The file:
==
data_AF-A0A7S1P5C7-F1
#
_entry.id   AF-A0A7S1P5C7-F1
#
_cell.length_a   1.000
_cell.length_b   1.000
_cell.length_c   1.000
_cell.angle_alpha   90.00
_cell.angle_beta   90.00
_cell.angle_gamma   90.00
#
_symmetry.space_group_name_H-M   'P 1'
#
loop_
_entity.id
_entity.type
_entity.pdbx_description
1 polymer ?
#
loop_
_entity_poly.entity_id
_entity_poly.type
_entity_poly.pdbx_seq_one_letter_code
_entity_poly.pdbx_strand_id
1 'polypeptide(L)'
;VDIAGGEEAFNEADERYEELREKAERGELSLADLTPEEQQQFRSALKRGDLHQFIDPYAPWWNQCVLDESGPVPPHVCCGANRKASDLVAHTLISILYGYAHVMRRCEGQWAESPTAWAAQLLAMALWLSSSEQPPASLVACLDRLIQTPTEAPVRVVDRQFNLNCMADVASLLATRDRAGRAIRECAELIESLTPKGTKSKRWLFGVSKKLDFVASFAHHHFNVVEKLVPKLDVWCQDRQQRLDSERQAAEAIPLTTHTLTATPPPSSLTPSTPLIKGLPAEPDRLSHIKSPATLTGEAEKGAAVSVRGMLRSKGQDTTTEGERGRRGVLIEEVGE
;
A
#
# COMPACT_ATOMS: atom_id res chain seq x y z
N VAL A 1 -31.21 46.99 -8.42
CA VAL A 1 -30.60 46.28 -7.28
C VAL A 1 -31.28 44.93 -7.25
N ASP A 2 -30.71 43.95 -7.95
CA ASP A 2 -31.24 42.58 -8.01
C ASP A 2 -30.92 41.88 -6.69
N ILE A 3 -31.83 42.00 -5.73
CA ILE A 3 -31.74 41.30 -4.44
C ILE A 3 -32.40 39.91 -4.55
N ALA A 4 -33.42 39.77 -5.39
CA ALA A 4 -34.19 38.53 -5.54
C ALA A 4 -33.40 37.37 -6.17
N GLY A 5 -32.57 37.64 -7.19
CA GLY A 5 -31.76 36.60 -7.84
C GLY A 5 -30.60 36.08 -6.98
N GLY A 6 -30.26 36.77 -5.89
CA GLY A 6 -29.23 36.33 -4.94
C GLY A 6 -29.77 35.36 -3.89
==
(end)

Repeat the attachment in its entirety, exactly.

data_AF-A0A7S1P5C7-F1
#
_entry.id   AF-A0A7S1P5C7-F1
#
_cell.length_a   1.000
_cell.length_b   1.000
_cell.length_c   1.000
_cell.angle_alpha   90.00
_cell.angle_beta   90.00
_cell.angle_gamma   90.00
#
_symmetry.space_group_name_H-M   'P 1'
#
loop_
_entity.id
_entity.type
_entity.pdbx_description
1 polymer ?
#
loop_
_entity_poly.entity_id
_entity_poly.type
_entity_poly.pdbx_seq_one_letter_code
_entity_poly.pdbx_strand_id
1 'polypeptide(L)'
;VDIAGGEEAFNEADERYEELREKAERGELSLADLTPEEQQQFRSALKRGDLHQFIDPYAPWWNQCVLDESGPVPPHVCCGANRKASDLVAHTLISILYGYAHVMRRCEGQWAESPTAWAAQLLAMALWLSSSEQPPASLVACLDRLIQTPTEAPVRVVDRQFNLNCMADVASLLATRDRAGRAIRECAELIESLTPKGTKSKRWLFGVSKKLDFVASFAHHHFNVVEKLVPKLDVWCQDRQQRLDSERQAAEAIPLTTHTLTATPPPSSLTPSTPLIKGLPAEPDRLSHIKSPATLTGEAEKGAAVSVRGMLRSKGQDTTTEGERGRRGVLIEEVGE
;
A
#
# COMPACT_ATOMS: atom_id res chain seq x y z
N VAL A 1 -31.21 46.99 -8.42
CA VAL A 1 -30.60 46.28 -7.28
C VAL A 1 -31.28 44.93 -7.25
N ASP A 2 -30.71 43.95 -7.95
CA ASP A 2 -31.24 42.58 -8.01
C ASP A 2 -30.92 41.88 -6.69
N ILE A 3 -31.83 42.00 -5.73
CA ILE A 3 -31.74 41.30 -4.44
C ILE A 3 -32.40 39.91 -4.55
N ALA A 4 -33.42 39.77 -5.39
CA ALA A 4 -34.19 38.53 -5.54
C ALA A 4 -33.40 37.37 -6.17
N GLY A 5 -32.57 37.64 -7.19
CA GLY A 5 -31.76 36.60 -7.84
C GLY A 5 -30.60 36.08 -6.98
N GLY A 6 -30.26 36.77 -5.89
CA GLY A 6 -29.23 36.33 -4.94
C GLY A 6 -29.77 35.36 -3.89